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Can You Really Mail Order Ladybugs?

Mary McMahon
Updated May 16, 2024
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Many garden supply stores offer ladybugs as a form of natural pest control. In addition to physically going to a garden store to purchase the insects, consumers can also order them through the Internet or a mail order catalog service, and the colorful beetles will arrive within a few days, usually in a mesh bag inside of a sturdy ventilated box. The bugs can be released into the garden or used for educational projects, and usually multiple generations will breed from a single order.

There are many species in the Coccinellidae family, but the classic ladybug is orange or red with black spots. These bugs are excellent for natural pest control, because they eat aphids, worms, gnats, and other garden insects. In addition, the larvae will also eat garden pests, meaning that even as the older generation is dying off, the younger ones will step in. For gardeners who are trying to garden organically, or want to garden more cheaply, these insects are an excellent way to protect crops and ornamental gardens from infestation.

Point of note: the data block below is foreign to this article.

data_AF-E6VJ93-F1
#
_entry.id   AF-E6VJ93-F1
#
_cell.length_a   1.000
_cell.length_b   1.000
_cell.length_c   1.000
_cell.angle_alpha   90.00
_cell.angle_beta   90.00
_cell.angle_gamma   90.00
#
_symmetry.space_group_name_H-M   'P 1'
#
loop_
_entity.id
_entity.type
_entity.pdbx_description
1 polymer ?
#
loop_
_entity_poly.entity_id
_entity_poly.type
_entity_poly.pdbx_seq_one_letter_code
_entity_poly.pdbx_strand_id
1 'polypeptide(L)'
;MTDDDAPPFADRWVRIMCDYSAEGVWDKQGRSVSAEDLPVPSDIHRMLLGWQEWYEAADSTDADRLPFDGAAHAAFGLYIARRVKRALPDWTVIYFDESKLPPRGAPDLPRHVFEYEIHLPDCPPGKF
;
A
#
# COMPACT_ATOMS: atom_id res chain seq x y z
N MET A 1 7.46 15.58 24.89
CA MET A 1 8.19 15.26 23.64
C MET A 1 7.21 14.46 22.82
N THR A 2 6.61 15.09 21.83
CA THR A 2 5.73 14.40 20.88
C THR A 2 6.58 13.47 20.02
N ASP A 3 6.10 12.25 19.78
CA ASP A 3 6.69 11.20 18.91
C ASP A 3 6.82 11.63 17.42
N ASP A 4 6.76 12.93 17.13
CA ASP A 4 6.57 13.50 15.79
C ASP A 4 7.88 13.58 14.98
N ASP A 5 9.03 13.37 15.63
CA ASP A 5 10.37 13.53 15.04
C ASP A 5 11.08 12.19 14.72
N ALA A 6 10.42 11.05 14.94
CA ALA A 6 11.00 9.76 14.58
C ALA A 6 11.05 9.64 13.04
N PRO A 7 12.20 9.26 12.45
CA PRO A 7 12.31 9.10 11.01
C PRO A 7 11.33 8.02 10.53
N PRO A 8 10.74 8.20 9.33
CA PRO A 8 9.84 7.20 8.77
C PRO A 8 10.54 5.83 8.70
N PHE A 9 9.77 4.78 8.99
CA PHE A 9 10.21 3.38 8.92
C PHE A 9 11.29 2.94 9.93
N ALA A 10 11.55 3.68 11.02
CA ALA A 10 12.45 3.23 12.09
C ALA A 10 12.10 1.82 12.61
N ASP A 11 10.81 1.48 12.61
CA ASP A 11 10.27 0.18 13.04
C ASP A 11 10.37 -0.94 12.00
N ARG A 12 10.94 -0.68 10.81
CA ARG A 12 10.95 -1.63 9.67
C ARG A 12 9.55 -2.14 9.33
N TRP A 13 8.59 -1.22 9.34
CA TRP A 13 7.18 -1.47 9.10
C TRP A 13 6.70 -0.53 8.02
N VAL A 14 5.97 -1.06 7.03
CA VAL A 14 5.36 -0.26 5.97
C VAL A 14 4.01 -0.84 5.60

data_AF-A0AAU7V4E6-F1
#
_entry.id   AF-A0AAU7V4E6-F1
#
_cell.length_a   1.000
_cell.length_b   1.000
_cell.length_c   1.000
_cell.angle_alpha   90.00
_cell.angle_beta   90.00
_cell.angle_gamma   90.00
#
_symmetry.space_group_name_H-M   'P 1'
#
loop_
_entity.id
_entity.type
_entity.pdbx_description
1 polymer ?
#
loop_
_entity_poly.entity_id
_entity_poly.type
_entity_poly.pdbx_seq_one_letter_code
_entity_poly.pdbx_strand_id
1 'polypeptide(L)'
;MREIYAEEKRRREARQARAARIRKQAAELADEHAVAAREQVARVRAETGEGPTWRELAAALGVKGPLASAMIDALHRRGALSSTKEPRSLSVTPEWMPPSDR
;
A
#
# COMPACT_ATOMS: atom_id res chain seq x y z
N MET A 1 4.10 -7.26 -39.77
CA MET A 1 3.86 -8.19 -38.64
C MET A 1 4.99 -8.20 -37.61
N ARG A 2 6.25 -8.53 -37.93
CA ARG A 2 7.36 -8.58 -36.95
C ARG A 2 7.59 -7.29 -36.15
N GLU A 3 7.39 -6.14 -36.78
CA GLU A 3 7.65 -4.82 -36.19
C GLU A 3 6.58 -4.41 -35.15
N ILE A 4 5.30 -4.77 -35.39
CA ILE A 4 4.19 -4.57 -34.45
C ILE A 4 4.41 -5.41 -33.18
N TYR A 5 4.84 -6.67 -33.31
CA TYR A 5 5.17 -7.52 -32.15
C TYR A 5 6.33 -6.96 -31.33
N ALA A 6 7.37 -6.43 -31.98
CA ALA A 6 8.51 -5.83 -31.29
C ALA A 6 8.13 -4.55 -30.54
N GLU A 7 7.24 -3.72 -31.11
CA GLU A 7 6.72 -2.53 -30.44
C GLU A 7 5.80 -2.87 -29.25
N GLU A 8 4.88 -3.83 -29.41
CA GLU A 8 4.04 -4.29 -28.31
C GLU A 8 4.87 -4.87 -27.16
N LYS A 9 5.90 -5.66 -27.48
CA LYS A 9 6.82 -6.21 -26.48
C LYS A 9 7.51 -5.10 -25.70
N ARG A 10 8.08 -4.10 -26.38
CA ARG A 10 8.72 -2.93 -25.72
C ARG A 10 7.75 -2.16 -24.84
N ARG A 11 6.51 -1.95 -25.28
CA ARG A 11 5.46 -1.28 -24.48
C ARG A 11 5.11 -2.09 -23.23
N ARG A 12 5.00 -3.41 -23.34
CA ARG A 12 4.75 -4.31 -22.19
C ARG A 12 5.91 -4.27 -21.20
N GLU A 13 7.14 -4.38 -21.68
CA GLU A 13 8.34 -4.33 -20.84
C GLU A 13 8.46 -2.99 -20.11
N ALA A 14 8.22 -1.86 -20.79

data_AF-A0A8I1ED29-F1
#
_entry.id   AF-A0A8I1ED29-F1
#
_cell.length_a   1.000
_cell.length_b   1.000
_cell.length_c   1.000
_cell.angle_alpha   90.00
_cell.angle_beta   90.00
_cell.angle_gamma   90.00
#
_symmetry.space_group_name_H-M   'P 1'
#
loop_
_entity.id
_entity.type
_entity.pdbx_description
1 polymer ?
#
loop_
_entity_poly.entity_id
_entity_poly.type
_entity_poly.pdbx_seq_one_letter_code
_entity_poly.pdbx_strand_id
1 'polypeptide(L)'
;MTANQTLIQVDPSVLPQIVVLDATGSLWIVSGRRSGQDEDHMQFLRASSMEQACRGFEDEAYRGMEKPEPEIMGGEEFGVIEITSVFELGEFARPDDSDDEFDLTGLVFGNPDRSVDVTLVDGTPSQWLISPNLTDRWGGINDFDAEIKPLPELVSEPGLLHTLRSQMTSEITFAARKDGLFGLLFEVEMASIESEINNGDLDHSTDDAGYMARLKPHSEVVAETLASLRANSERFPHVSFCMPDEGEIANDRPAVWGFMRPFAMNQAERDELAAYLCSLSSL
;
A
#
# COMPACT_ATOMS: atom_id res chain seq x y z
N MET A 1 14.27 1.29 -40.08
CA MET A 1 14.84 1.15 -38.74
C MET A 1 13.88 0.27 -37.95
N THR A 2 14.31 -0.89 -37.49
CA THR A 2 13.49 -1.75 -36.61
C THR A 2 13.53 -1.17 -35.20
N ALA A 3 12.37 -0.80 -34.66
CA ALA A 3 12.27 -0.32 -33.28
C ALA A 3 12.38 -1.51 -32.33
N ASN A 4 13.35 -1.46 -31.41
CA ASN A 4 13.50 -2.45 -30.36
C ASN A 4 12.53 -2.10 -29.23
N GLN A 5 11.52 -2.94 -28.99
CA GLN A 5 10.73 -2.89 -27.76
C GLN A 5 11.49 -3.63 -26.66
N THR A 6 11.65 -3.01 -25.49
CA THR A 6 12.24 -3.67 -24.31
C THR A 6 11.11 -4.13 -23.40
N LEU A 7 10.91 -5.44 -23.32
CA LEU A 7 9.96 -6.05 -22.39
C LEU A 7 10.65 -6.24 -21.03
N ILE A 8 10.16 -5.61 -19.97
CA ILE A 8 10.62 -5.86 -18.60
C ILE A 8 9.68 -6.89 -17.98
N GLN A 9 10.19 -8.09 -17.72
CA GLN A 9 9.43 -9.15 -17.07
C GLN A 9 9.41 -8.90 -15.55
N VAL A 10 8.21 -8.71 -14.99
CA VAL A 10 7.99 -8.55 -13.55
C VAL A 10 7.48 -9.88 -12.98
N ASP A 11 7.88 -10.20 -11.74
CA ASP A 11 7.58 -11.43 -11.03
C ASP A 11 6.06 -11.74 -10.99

When mail ordering ladybugs, you can order various amounts of them, depending on the size of the garden. A small bag with several hundred bugs is usually quite cheap, but people with large areas to cover can also order several thousand. The cost for a single bag is significantly cheaper than chemical forms of pest control, and typically includes next day shipping so that the insects will arrive healthy. When the box is delivered, it can be taken out into the garden and opened in the evening, along with the mesh bag inside. Most gardeners set the box out for several hours, allowing all of the bugs to get out and explore on their own, although a larger box may be divided up into several sections to ensure that the whole garden is covered.